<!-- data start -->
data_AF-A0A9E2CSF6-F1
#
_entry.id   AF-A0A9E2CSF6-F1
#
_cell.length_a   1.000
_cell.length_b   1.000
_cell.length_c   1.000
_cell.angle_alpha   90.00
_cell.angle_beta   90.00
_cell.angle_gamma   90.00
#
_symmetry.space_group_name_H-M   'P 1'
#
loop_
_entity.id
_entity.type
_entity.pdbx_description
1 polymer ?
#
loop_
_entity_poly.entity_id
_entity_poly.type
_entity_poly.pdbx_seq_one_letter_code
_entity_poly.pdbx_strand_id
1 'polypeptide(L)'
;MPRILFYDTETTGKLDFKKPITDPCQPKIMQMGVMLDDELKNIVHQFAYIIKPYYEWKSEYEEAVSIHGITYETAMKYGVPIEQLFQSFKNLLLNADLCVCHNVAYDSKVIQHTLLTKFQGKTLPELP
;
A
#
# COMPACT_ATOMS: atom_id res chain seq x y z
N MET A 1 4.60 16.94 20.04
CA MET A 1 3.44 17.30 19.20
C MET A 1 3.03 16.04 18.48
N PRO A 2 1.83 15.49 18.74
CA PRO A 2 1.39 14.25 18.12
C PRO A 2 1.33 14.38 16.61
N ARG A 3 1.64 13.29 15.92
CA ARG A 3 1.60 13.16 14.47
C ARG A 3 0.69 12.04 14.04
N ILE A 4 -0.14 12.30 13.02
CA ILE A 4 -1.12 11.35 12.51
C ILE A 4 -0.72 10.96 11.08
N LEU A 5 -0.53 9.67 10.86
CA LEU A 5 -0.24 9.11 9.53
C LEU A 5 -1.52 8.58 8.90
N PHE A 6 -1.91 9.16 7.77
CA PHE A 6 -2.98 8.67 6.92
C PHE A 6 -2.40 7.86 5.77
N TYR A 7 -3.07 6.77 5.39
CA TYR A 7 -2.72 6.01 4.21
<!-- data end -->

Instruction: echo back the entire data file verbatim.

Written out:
data_AF-A0A9E2CSF6-F1
#
_entry.id   AF-A0A9E2CSF6-F1
#
_cell.length_a   1.000
_cell.length_b   1.000
_cell.length_c   1.000
_cell.angle_alpha   90.00
_cell.angle_beta   90.00
_cell.angle_gamma   90.00
#
_symmetry.space_group_name_H-M   'P 1'
#
loop_
_entity.id
_entity.type
_entity.pdbx_description
1 polymer ?
#
loop_
_entity_poly.entity_id
_entity_poly.type
_entity_poly.pdbx_seq_one_letter_code
_entity_poly.pdbx_strand_id
1 'polypeptide(L)'
;MPRILFYDTETTGKLDFKKPITDPCQPKIMQMGVMLDDELKNIVHQFAYIIKPYYEWKSEYEEAVSIHGITYETAMKYGVPIEQLFQSFKNLLLNADLCVCHNVAYDSKVIQHTLLTKFQGKTLPELP
;
A
#
# COMPACT_ATOMS: atom_id res chain seq x y z
N MET A 1 4.60 16.94 20.04
CA MET A 1 3.44 17.30 19.20
C MET A 1 3.03 16.04 18.48
N PRO A 2 1.83 15.49 18.74
CA PRO A 2 1.39 14.25 18.12
C PRO A 2 1.33 14.38 16.61
N ARG A 3 1.64 13.29 15.92
CA ARG A 3 1.60 13.16 14.47
C ARG A 3 0.69 12.04 14.04
N ILE A 4 -0.14 12.30 13.02
CA ILE A 4 -1.12 11.35 12.51
C ILE A 4 -0.72 10.96 11.08
N LEU A 5 -0.53 9.67 10.86
CA LEU A 5 -0.24 9.11 9.53
C LEU A 5 -1.52 8.58 8.90
N PHE A 6 -1.91 9.16 7.77
CA PHE A 6 -2.98 8.67 6.92
C PHE A 6 -2.40 7.86 5.77
N TYR A 7 -3.07 6.77 5.39
CA TYR A 7 -2.72 6.01 4.21